American Coalition of the Homeless


We are the Homeless

By David Breedlove


There are about two million people in New York City that are homeless at any given time (the official HUD count is 75,303) living in squats, abandoned buildings, hovels, under bridges or in parks, I know, I was once one of those “East Village Others”.  There are 60,410 beds in homeless shelters in NYC according to HUD.

Shelters are a joke:

This is one example of the big-city homeless plight; multiply that by an equal number or more in Los Angeles, Denver, Houston, (which by the way are the largest growing populations of homeless in America) and you can see why homeless shelters are such a joke.

Some statistics:

I found these statistics on the internet and I don’t intend to encumber this article with a whole bunch of quotes and references, if you don’t believe it you can hunt down statistics for yourself; but HUD, the department of Housing and Urban Development recently offered to pay millions of dollars to cities across America to count the number of homeless in their cities.  The result of these (way underestimated) findings provided HUD with a reason to focus on more “permanent” housing for the homeless populations in many places, (such as cheap motels and defunct hotels) shutting down temporary shelters and church basements and putting even more people back out on the streets with no place to go except under a billion-dollar bridge or a patch of woods behind Walmart.

What would you do?

Now this might sound like a serious dilemma, but what would you rather do and where would you want to live if you were homeless?  Where would you go?  Would you prefer sleeping in a cot next to strangers, many who are sick with any and all kinds of diseases that neglected people catch and pass around or would you rather sleep out in the open air in a shelter you make yourself.  I think the answer is quite obvious.

The sweep:

Unfortunately, the bed in the shelter is legal, camping out is usually not.  You get busted, told to pack up and leave, or like the recent “homeless sweeps” in many cities all your possessions are “swept away” while you are gone…there goes your ID, your medicine, your little radio, your sleeping bag and everything you’ve got, while you are hauled off to a “facility for the homeless”.  There are laws that protect you if you are a legal resident, but these same laws go against you the moment you become homeless.

Reason to organize:

This is one of the reasons we organized the homeless of NYC back in 1967 when I found myself a homeless illegal “draft dodger” in East Village.  Of course, most of you are too young to remember the time when young men in this country were summarily rounded up (drafted) to stop bullets in southeast Asia.

Some history:

When I first started organizing the street people it was called “Diggers Underground” then later, in San Francisco for the “Summer of Love” we began calling it the “Poor People’s Coalition”, then in Eugene Oregon I got incorporated for the first time, that was 1975, incorporated as “Love Family”, but that name got trumped (no pun intended) by a group of commune dwellers in Seattle, so as to avoid confusion we just sort of merged into what we called the Yonderfamily.  About eight hundred of us back then traveled in buses and vans camping in “Peace” villages and followed the harvest doing farm labor and contract tree planting and forestry work just to enjoy the life of camping out in the woods. Now many years later and three more incorporations and name changes we are simply the American Coalition of the Homeless.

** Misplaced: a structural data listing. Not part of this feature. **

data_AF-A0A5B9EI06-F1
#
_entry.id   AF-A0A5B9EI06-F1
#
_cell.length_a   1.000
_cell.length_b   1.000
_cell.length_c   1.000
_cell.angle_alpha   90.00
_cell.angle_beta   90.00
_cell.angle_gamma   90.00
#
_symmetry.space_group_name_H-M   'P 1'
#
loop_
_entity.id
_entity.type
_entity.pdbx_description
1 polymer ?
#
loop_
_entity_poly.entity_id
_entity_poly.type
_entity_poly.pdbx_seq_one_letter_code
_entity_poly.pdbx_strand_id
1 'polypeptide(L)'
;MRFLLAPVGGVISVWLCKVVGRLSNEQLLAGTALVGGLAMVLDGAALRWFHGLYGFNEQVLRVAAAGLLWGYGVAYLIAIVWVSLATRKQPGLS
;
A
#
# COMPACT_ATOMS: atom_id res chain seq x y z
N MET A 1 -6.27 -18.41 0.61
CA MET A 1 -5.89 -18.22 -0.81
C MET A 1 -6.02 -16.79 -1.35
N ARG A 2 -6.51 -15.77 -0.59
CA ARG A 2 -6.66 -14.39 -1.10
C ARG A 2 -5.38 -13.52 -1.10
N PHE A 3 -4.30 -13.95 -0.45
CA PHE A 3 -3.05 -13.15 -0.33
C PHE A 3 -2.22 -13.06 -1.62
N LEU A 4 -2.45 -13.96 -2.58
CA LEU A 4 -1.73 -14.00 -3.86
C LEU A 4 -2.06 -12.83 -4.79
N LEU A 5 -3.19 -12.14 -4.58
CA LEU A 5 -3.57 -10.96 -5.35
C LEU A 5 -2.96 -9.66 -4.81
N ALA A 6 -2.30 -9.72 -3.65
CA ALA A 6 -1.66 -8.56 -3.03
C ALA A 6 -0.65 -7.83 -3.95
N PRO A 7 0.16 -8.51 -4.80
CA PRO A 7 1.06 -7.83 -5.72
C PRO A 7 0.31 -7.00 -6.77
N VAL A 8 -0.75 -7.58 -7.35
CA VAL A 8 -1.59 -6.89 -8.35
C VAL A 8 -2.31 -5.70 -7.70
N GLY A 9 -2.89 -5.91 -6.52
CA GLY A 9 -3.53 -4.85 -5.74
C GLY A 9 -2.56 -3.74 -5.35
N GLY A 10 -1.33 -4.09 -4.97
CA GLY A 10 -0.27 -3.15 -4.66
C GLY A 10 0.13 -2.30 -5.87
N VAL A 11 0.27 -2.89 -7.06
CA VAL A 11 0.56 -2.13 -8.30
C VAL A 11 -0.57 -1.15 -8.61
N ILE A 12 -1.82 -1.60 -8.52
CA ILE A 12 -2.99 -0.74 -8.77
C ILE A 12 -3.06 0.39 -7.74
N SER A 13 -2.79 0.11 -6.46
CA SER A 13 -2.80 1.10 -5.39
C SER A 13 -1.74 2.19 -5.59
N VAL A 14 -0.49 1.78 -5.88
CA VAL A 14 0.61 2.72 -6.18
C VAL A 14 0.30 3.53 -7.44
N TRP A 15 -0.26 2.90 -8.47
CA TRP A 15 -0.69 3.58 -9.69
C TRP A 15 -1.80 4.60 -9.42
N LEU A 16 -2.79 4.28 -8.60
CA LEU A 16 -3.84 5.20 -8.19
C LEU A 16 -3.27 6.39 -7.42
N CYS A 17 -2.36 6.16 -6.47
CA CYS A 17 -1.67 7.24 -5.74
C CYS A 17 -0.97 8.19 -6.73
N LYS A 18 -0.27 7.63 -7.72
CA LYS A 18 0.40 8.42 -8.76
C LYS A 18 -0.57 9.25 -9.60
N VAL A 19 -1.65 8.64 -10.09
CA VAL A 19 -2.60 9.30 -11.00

Homeless but not helpless

Give me a jungle and I am home; put me in a shelter and I am then really homeless.  One of the main reasons that I prefer the jungle to a shelter is the same reason the cops don’t like it.  It gives us a sense of community, a togetherness you can’t find in shelters, and the cops don’t like organized hippies and bums.  Also, many if not most shelters only let you come in at supper time, hear a sermon and go to bed in a barracks-like environment, men here, women over there in some other place, and kids???  Well, you won’t get them back!  In the jungle, the kids are free to play and enjoy their young lives in creek beds and woods.  The internet tells me that the largest growing number of residents in the camps and jungles are families with children.  Why?  It is easy to answer, they want to stay together and not be separated.

How about a drink?

What if you like a cold beer or a cup of wine before retiring?  No way—you can’t have any alcohol in those churchy places or even a cigarette, and you are locked in for the night after a certain hour; forget it too in any government run shelter.  What if you have lots of stuff?  The number of things you can bring with you to these places is very limited.  If you are one of those few lucky enough to land a HUD motel room you are much better off, especially if you have school-age children, but still keep your grab-bag handy because now social services will intrude into every function of your and your children’s lives.

Living in your car:

If you have a car and legal to drive consider yourself very lucky, but don’t make the mistake that many have made of seeking out a nice, quiet, shadowy place to sleep.  The cops will wake you and make you leave, or take you in if you have no insurance or any outstanding tickets or warrants.  The best place, believe it or not, is in the middle of an all-night super center parking lot and right under the bright overhead lights.  You can go in and “Shop” at any time, use the restroom, clean up, and if you are right under the light it is not glaring into your window.  Just don’t stay in the same place more than twice if you work there.


Nighttime work is another thing that few homeless people think of.  You won’t have the competition of everybody and his dog hanging a sign at every intersection.  The parking lot is an excellent place to work.  Say you need gas money or hold a sigh that says “NEED GAS, OIL…” and always underline oil, this works anywhere at night, in parking lots and rest stops on the freeway, but don’t hang in the same place too long.  After you get paid go your way.